Magnitude of Benefit for Topical Crisaborole in the Treatment of Atopic Dermatitis in Children and Adults Does Not Look Promising

A Critical Appraisal

A. Ahmed; L. Solman; H.C. Williams


The British Journal of Dermatology. 2018;178(3):659-662. 

In This Article

Abstract and Introduction


Aim To assess the efficacy and safety of crisaborole ointment, a phosphodiesterase 4 inhibitor, for the treatment of mild or moderate atopic dermatitis (AD) in two phase III studies (AD–301 and AD–302).

Design and setting Two identically designed multicentre, double–blind randomized controlled trials were conducted in the U.S.A. Participants were randomized 2 : 1 to receive crisaborole or vehicle treatment. In total 47 and 42 investigational centres were identified for AD–301 and AD–302, respectively.

Study participants Inclusion criteria were identified as age ≥ 2 years, clinical diagnosis of AD (as per the Hanifin and Rajka criteria), ≥ 5% body surface area involvement, and baseline Investigator's Static Global Assessment (ISGA) mild or moderate. Exclusion criteria included previous use of biologics or systemic corticosteroids (within the last 28 days) or a topical calcineurin inhibitor/corticosteroid (within the last 14 days), and active skin infection.

Exposures Participants were instructed to apply the study drug twice daily to all lesions identified at baseline, and all new lesions identified after day 1 (with weekly review of application instructions). Bland emollients were permitted to be used on skin not treated with the study drug.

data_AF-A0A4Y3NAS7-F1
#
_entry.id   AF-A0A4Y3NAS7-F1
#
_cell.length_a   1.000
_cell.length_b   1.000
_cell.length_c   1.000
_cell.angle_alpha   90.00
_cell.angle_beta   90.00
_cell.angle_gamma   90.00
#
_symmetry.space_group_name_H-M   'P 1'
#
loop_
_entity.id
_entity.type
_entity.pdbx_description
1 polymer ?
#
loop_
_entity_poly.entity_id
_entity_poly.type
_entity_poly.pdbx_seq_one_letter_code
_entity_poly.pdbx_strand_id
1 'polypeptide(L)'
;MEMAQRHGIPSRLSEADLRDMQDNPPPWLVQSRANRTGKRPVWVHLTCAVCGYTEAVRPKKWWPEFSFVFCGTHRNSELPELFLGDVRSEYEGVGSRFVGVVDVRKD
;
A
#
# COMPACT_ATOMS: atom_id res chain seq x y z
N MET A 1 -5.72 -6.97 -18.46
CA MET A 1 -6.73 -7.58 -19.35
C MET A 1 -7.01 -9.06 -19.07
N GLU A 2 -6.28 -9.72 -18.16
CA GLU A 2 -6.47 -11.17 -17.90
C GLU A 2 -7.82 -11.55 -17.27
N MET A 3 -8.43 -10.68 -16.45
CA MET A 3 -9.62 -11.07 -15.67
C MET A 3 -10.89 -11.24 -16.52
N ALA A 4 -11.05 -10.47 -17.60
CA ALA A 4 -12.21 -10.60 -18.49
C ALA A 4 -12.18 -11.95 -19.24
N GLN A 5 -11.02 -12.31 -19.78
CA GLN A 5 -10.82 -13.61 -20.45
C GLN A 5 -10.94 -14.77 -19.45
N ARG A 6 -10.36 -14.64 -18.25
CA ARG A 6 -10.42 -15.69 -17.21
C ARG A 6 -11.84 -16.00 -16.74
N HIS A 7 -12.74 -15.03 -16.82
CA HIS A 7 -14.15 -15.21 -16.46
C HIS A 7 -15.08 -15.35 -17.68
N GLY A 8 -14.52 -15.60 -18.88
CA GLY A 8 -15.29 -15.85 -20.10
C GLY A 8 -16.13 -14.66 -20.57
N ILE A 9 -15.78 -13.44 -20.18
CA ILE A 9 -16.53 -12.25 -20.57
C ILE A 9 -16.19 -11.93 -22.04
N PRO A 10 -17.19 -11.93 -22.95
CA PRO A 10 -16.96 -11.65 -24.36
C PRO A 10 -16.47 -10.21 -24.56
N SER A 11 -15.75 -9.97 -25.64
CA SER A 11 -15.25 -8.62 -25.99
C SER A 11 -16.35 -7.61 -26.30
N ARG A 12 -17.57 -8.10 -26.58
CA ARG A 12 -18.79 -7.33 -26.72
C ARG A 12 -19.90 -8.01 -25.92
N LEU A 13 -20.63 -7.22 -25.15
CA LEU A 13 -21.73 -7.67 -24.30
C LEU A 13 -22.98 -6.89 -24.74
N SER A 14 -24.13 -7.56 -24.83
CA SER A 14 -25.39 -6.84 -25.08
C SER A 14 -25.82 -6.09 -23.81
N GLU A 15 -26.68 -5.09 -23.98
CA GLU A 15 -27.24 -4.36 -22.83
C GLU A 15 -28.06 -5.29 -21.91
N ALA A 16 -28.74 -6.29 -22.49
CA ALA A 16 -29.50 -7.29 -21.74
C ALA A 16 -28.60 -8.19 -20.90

Primary outcome The primary outcome was defined as ISGA clear or almost clear at day 29, with a 2–grade or more improvement from baseline.

Outcomes Secondary outcomes included the proportion of patients with an ISGA score of clear or almost clear at day 29, and time to success in ISGA score. Additional outcomes included pruritus severity and signs of AD (erythema, exudation, excoriation, induration/papulation and lichenification), and were measured on a 4–point scale (none, mild, moderate, severe). Adverse events were also recorded.

Results More participants in the crisaborole–treated group achieved ISGA scores of clear or almost clear with ≥ 2–grade improvement than in the vehicle–treated group (AD–301, 32·8% vs. 25·4%, P = 0·38; AD–302, 31·4% vs. 18·0%, P < 0·001). Greater percentages of clear and almost clear scores were observed in the treatment groups (51·7% vs. 40·6%, P = 0·005; 48·5% vs. 29·7%; P < 0·001), as well as earlier success in ISGA score and improvement in pruritus (P ≤ 0·001). No serious treatment–related adverse events were identified.

Conclusions Based on the study results, the authors suggest that crisaborole is a safe treatment that improves disease severity, pruritus and clinical signs associated with AD.